Gov. Phil Murphy speaks in early 2018 during a press conference at the Madison train station. — Courtesy: Governor’s Office
By Joshua Burd
NJ Transit has tapped a former real estate investment trust executive as its first-ever head of real estate and development, seeking to spur new revenue streams and revitalize the many underused parcels around its train stations.
The agency announced Tuesday that Carmen Taveras will serve as its chief of real estate, economic development and transit-oriented development, effective Nov. 18. She joins NJ Transit from Wereldhave USA, a subsidiary of a European-based public REIT, filling a new post that was created by state legislation last November.
“NJ Transit is proud to welcome Carmen Taveras as the agency’s first Chief of Real Estate, Economic Development and Transit Oriented Development,” Kevin Corbett, the agency’s CEO and president, said in a prepared statement. “Carmen brings a wealth of experience to the job and will be a huge asset in our vision to more aggressively use TOD to develop underutilized properties around transit, optimize the value of assets across the state, and generate additional non-farebox revenue, which will ultimately benefit our customers.”
Taveras leads a newly created office tasked with assessing and developing recommendations for transit-oriented development opportunities for sites in which NJ Transit holds an interest, with the goal of monetizing its assets and increasing the agency’s non-farebox revenue. She has more than 20 years of experience managing real estate portfolios and land development across U.S. market sectors and asset class.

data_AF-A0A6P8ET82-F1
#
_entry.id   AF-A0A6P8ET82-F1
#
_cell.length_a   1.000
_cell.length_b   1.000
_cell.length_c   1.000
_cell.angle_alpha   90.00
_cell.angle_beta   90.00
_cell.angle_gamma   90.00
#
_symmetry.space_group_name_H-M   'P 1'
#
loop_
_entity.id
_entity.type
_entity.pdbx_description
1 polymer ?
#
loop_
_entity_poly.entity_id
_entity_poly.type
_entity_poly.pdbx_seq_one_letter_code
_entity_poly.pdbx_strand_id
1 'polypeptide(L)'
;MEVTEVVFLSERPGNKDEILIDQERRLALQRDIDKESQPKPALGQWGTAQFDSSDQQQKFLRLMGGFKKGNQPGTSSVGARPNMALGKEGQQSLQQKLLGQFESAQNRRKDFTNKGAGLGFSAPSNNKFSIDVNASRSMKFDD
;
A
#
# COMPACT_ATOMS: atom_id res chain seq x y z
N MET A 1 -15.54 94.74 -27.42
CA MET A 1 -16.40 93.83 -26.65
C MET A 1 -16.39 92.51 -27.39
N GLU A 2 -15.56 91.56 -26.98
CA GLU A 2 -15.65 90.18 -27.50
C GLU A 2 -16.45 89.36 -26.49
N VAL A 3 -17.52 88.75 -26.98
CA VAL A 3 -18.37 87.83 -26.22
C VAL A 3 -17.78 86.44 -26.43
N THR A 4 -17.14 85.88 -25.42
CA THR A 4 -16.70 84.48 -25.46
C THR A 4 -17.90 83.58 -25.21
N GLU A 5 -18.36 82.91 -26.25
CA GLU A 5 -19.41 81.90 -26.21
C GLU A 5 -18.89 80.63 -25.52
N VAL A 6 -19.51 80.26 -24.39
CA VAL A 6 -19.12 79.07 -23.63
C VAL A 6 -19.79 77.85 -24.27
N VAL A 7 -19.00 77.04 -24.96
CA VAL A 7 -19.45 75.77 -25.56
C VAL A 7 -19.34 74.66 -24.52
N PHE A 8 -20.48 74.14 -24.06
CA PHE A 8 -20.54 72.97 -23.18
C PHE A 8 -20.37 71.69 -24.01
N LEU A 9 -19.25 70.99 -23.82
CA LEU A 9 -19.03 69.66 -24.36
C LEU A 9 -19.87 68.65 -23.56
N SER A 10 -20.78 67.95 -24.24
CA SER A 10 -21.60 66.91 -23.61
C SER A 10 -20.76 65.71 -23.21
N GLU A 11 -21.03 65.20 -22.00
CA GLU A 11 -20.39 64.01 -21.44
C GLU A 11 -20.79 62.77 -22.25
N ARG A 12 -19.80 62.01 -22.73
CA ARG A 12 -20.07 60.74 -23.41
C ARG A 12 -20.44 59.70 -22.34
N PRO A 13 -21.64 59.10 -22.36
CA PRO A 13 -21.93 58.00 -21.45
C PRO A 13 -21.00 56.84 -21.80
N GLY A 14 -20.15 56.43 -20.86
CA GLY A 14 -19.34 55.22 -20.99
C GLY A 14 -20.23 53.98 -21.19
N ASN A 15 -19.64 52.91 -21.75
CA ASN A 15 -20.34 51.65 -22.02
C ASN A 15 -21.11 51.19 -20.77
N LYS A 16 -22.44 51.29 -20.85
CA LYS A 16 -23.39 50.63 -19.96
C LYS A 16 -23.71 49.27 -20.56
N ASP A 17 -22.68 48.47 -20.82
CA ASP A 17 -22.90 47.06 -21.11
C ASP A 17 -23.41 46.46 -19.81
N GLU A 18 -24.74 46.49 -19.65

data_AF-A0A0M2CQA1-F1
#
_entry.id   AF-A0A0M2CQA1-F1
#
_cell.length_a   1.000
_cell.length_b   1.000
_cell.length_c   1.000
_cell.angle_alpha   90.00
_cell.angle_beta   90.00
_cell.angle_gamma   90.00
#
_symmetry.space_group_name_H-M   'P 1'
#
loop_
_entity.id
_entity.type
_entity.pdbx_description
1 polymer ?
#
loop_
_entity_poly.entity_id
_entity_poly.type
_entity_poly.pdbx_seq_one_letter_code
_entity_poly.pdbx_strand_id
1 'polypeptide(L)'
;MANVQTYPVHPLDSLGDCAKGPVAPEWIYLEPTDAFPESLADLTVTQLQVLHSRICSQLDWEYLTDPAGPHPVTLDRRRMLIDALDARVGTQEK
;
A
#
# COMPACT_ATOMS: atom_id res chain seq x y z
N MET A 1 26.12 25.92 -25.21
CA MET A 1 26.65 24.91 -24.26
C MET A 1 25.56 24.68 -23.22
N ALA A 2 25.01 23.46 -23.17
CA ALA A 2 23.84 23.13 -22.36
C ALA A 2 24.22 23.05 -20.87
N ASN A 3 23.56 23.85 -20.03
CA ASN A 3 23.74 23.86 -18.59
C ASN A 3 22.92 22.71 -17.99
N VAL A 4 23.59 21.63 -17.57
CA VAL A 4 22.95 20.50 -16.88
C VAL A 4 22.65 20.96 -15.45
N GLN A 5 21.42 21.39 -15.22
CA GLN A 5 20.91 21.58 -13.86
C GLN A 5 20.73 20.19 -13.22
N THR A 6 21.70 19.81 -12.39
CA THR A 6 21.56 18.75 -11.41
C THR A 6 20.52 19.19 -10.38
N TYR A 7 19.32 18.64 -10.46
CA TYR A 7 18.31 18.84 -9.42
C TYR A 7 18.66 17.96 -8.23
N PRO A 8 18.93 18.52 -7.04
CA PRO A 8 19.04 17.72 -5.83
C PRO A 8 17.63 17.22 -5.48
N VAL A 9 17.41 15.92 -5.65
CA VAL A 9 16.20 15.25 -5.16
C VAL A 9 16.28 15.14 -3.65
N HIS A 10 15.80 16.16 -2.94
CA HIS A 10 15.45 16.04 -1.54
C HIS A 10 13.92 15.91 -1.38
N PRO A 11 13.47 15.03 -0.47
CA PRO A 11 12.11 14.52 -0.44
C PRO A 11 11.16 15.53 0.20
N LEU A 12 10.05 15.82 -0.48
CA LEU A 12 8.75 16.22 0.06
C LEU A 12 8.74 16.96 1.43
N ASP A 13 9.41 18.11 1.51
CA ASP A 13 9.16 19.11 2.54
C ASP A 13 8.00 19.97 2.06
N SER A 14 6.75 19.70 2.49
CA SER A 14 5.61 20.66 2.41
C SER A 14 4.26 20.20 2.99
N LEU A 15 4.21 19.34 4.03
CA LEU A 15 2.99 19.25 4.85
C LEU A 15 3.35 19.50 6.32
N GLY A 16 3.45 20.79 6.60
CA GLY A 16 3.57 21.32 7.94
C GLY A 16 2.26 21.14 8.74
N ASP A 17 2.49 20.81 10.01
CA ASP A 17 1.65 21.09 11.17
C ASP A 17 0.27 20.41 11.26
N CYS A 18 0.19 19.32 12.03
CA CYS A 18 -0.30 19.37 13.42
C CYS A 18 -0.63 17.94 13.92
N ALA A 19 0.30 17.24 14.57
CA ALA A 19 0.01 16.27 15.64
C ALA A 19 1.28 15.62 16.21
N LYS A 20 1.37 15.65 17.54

While at Wereldhave USA, Taveras’ responsibilities included managing a large staff of direct and indirect personnel, developing and executing the operating and investment strategy for the U.S. portfolio and leading acquisitions, ground-up construction and property valuations, according to a news release. Additionally, she chaired the Wereldhave USA board of directors for seven years.
During her career at the REIT, her notable transactions included the sale of 20 Exchange Place, a 56-story office tower in New York City’s Financial District, and the development of 120 acres of raw land in San Antonio, the news release said. There, she worked closely with the local community, government authorities and the Department of Transportation to achieve a master plan for a 1.8 million-square-foot sustainable, mixed-use project costing some $500 million.
Taveras holds a degree in accounting and finance/business administration from St. John’s University in New York.